A lone walker with his ice axe strapped to his rucksack passed us while we were packing up, no doubt hoping for a good day out on Kinder.

And so, another good camp over. Fran has a shopping list in her head for yet more gear she’d like and a date is already set for the next trip. I just get the impression however, that she might like the next one to be a touch warmer.


24 thoughts on “Brown Knoll Again – This Time With Snow

  1. An alarm set for 7.00am? Oh how I envy you the need. I’m never asleep after 6.00am. Most days not after 5.00am. Frequently 4.00am. Sometimes 3.00am… get the picture. That’s one reason why I’m so crabby and my brain doesn’t work very well.


  2. Fab-u-lous! And buy a spiky massage ball (small yellow one the best size) for rolling the sole of your foot on. Just the ticket for plantar trouble along with calf stretches. Good luck with that x


      1. Best to go for a ball as you can roll it easily in circles as well as back & forth. Fill a water bottle with ice & roll that if it’s really sore. The ball softens the fascia & releases the tension.


  3. Another enjoyable Sunday catch up Chrissie. I suppose it’s just your luck with sunsets and rises, but when you do capture a good one it’s absolutely stunning. Sorry to hear about your foot. I’m having similar problems with my right knee. Poles are a must when descending. Great to see Fran is still embracing the wildcamping in all weathers. I follow her on ig and she is so passionate about it. Glad she’s out with you and learning the do’s and don’ts.
    It’s another cracker Chrissie. Hope you and your othe half are keeping well. Take care………….AndyπŸ˜‰


  4. Good job you took the microspikes! That would be wayyy too cold for me to camp. I was thinking about you saying that you just need a warm sleeping bag but I think my problem is that I chill very quickly indeed and have little circulation, so would be so frozen by the time I got into it, I’d never warm up again all night. I’d be the same again getting up – I only just cope with the cold in a morning in a bothy and they’re warmer as you have a fire until late in the night.


    1. Yes it’s definitely Microspike season!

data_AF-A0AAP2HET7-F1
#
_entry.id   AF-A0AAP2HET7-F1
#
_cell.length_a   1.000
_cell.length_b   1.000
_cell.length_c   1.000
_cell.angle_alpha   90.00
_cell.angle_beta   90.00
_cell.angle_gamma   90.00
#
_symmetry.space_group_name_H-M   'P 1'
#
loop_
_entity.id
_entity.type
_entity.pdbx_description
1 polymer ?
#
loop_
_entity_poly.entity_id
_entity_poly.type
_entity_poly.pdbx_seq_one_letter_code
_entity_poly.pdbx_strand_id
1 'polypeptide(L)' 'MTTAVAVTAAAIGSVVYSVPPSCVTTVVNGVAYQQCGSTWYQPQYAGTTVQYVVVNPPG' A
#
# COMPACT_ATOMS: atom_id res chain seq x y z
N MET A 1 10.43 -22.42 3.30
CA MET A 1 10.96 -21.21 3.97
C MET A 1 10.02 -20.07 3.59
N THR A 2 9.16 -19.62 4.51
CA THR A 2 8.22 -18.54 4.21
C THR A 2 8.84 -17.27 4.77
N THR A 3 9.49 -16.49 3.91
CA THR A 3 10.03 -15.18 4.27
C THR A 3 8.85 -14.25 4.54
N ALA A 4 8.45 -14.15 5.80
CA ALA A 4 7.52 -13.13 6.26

Geoff has a lot of trouble with his hands in the cold and has to be careful he doesn’t lose feeling altogether. Cold camping isn’t for everyone though, although there are techniques that may help. For example I always change into dry base layers as soon as the tent is up, then pile clothes on, otherwise I would chill very quickly. Hot drink is the next thing, with some cake or something delicious….. Then I can relax! πŸ˜‚


      1. I definitely find hot drinks very helpful – I make sure I’ve always got a flask most of the year round even just for hillwalking. I have Raynauds too so have to watch my hands – photography’s the worst for that!

        Liked by 1 person

  5. When watching TV use an old rolling pin under your foot or tin of beans or similar. A visit to a podiatrist as you may need inserts? With regard to Geoff , a recent TV programme suggested viagra to help cicrculation!!


    1. Thanks, yes I’m using a bottle filled with frozen water πŸ‘I’ve bought myself some new Sole insoles which feel good so far.
      I’ll pass Geoff’s info onto him….πŸ˜‚πŸ˜‚


  6. That looks cold but fun! I’ve had the dreaded PF. What killed it off for me was a splint I wore in bed. I have a sock version and a hard plastic one. I tightened it as far as I could without it being too much to affect my sleep and the PF was gone within a week or two. It was excruciating while I had it. Hope you deal it a fatal blow


    1. I’ve seen photos of that splint thing. It is unbelievably painful at times although it does seem to be slowly improving. It’d better go quickly! Ibuprofen gel massaged in seems quite good but I’m also going mad with stretching and ice….. Another week and I’ll be going for acupuncture if nec…